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MU103: Emotion and Meaning in Music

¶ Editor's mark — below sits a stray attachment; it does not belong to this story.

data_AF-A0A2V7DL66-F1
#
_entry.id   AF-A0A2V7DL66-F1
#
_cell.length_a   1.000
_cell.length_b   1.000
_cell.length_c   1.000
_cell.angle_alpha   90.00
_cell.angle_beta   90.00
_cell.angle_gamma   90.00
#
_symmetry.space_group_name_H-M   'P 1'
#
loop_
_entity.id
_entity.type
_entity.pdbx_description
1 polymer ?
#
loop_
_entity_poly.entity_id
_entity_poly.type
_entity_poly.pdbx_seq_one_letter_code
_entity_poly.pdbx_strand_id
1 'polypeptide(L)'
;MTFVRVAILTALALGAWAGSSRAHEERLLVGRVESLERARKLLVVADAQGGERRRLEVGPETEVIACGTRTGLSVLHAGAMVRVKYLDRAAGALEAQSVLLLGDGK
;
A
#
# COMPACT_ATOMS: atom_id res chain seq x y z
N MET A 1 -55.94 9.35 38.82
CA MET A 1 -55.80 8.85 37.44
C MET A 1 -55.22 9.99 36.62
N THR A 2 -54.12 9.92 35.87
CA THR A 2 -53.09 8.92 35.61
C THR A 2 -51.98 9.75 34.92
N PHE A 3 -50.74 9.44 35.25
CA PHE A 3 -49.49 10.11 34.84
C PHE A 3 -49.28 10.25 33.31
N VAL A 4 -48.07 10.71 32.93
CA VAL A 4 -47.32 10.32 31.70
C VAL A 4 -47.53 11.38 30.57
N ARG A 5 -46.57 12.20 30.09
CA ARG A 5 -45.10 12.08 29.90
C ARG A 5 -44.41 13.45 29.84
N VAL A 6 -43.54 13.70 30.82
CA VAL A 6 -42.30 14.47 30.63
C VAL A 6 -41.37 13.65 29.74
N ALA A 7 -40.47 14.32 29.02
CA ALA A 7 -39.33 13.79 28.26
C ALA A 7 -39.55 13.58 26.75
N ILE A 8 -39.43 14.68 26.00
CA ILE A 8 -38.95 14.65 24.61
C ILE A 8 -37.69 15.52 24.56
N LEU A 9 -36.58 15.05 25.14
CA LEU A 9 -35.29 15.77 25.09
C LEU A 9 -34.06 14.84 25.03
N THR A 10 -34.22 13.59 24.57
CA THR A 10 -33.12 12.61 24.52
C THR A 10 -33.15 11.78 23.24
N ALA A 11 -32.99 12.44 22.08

Why do you like your favorite music? Answering this question is not always easy because individual preference emerges from both the affect of the music on your emotions as well as the appeal of specific compositional aspects. The process of expressing feeling and meaning in music has deep roots that provide a foundation for understanding our musical world today. During the history of music in Western culture, some composers have focused on the expression of emotion regardless of form while others have sought to bring a greater degree of order to the mix. In fact, we might view music history as the swing of a pendulum from periods of unbridled romanticism to others that privilege a more methodical approach. Our course explores such trends and considers how social and cultural considerations influence the creation and meaning of music from Bach to the Beatles. We will focus on periods of change in our musical heritage, changes that generally result from a desire for greater emotional content or a renewed interest in musical structure or order. Such periods include the outburst of romanticism in the early 19th Century when the music of Chopin, Berlioz, and Liszt seemed to trump that of Mozart and Beethoven, the emergence of “Modernism” in the early 20th Century when the music of Stravinsky and Schoenberg superseded that of Mahler and Debussy, and the age of minimalism where Terry Riley and Steve Reich inverted the overwrought procedures and techniques of the post-WWII generation of composers that preceded them. The turn to the 21st century was marked by several new musical directions: the expanded impact of digital technology and multimedia, the growing interest in non-Western traditions and of a new, globalized sound, and finally, the increased use of extended-techniques and the invention of new instruments. The course would culminate in a musical collaborative project, where students will have an opportunity to create short original musical theater works or an opera. The meaning of a piece of music today depends greatly on cultural considerations, regardless of where it lies on the spectrum of expression and form. Because the cultural context so greatly influences a piece of music, we will always examine the political, philosophical, and social contexts of the works we study. Music provides a window into the lives and cultures of past and contemporary generations. These experiences help us understand our own world and our place in history while providing a variety of models for expressing our own musical tastes more clearly. Students do not need to have prior musical training or experience to participate in this course.